|Place of origin||worldwide|
|Ingredients generally used||Salt, pepper, butter|
Scrambled eggs is a dish made from eggs (usually chicken eggs) stirred, whipped, or beaten together typically with salt, butter, oil, and sometimes other ingredients, and heated so that they form into curds.
The scrambling of eggs is an ancient technique. The earliest documented recipe for scrambled eggs was in the 14th-century Italian cookbook Libro della cucina.
Only eggs are necessary to make scrambled eggs, but salt, water, chives, cream, crème fraîche, sour cream, grated cheese and other ingredients may be added. Recipes vary as to which, if any, ought to be included.
The eggs are cracked into a bowl with some salt and pepper, and the mixture is stirred or whisked: alternatively, the eggs are cracked directly into a hot pan or skillet, and the whites and yolks stirred together as they cook. In Food in England (1954) Dorothy Hartley comments, "There are two main schools: one (which I believe to be correct) breaks in the eggs direct, so that particles of clear white and clear yellow remain in the creamy mass. The other school beats the eggs together first, maintaining it gives a smoother texture". Elizabeth David (1960) takes the latter view: "For scrambled eggs, unlike those for an omelette, the eggs should be very well beaten".
The mixture can be poured into a hot pan containing melted butter or oil, where it starts coagulating. The heat is turned down and the eggs are stirred as they cook. This creates small, soft curds of egg. A thin pan is preferable to prevent browning. With continuous stirring, and not allowing the eggs to stick to the pan, the eggs themselves will maintain the pan temperature at about the boiling point of water, until they coagulate. In their Mastering the Art of French Cooking (1961), Simone Beck, Louisette Bertholle and Julia Child write, "Scrambled eggs in French style are creamy soft curds that just hold their shape from fork to mouth. Their preparation is entirely a matter of stirring the eggs over gentle heat until they slowly thicken as a mass into a custard."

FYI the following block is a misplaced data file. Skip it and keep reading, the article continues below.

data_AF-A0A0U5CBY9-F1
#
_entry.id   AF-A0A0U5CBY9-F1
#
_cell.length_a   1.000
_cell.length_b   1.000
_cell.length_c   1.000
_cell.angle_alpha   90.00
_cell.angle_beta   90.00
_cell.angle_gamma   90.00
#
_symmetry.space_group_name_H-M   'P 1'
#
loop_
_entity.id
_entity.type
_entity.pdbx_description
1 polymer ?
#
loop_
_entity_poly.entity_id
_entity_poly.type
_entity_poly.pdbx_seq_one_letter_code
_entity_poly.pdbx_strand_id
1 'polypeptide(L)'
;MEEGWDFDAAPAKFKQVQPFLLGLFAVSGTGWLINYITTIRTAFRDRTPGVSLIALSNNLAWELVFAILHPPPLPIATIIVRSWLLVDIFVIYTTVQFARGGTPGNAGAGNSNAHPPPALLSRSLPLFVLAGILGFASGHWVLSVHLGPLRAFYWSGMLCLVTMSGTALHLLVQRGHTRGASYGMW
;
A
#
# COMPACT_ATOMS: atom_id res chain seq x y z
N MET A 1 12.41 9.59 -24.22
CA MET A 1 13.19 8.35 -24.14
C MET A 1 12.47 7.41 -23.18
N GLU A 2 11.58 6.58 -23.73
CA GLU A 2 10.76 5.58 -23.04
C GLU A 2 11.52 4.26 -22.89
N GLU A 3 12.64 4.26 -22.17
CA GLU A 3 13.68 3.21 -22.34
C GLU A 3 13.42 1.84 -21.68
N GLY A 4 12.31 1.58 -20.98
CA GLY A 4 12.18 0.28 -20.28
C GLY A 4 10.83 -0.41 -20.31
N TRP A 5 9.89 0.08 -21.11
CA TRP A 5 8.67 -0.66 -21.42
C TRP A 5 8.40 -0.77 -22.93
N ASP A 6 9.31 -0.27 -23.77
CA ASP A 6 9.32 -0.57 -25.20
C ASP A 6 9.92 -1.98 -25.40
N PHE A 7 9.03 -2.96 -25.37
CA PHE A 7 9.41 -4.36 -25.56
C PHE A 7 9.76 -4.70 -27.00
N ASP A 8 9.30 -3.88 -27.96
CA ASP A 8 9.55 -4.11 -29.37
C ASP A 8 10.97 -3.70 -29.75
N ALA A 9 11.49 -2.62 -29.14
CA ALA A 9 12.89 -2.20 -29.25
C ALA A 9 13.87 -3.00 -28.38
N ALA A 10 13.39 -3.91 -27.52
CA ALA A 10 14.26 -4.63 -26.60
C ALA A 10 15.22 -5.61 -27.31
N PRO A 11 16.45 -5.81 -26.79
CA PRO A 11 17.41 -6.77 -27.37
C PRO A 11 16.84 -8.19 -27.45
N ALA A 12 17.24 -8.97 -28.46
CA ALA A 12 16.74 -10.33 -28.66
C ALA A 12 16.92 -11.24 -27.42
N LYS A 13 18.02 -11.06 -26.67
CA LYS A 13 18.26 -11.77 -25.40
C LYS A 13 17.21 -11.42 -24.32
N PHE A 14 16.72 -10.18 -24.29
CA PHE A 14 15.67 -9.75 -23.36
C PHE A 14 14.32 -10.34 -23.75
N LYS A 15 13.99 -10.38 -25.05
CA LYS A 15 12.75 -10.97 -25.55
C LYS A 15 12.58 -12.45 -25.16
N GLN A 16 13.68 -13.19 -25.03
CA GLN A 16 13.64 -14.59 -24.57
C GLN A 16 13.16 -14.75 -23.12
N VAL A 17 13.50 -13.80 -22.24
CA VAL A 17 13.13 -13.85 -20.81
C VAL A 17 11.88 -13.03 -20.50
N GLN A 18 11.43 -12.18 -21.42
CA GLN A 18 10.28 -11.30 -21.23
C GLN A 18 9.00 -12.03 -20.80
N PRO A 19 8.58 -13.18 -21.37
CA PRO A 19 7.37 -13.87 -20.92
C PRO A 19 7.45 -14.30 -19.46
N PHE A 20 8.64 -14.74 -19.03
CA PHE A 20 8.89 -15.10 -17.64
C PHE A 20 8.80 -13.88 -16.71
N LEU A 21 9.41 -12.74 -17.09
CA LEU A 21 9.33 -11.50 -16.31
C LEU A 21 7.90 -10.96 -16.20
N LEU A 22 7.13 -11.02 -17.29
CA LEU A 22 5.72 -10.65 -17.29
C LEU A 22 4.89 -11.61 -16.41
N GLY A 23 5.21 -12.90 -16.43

Alternatively, Escoffier describes using a double boiler as the heating source, which does not need adjustment as the direct heating method does. The eggs are directly placed in the cooker and mixed during the heating and not before. Cooking by this method prevents the eggs from browning while being cooked and gives aerated and creamy scrambled eggs. This method was used in the "old classical kitchen" and guarantees the eggs are always cooked perfectly; it is, however, more time-consuming than the modern skillet method, taking up to 40 minutes to ensure perfect quality.
Once the liquid has mostly set, additional ingredients such as ham, herbs, cheese, or cream may be folded in over low heat until incorporated. The eggs are usually slightly undercooked when removed from heat since the eggs will continue to set. If any liquid is seeping from the eggs (syneresis), this is a sign of undercooking, overcooking, or adding undercooked high-moisture vegetables.
Scrambled eggs can be cooked in a microwave oven, and can also be prepared using sous-vide cooking, which gives the traditional smooth creamy texture and requires only occasionally mixing during cooking. Another technique for cooking creamy scrambled eggs is to pipe steam into eggs with butter via a steam wand (as found on an espresso machine).
David records an Italian version of scrambled eggs: Uova stracciate al formaggio. In addition to the eggs and butter, cream is added, and when the eggs are cooked, grated Parmesan cheese is sprinkled on the top.
Eaton 1822, Mrs. B. &c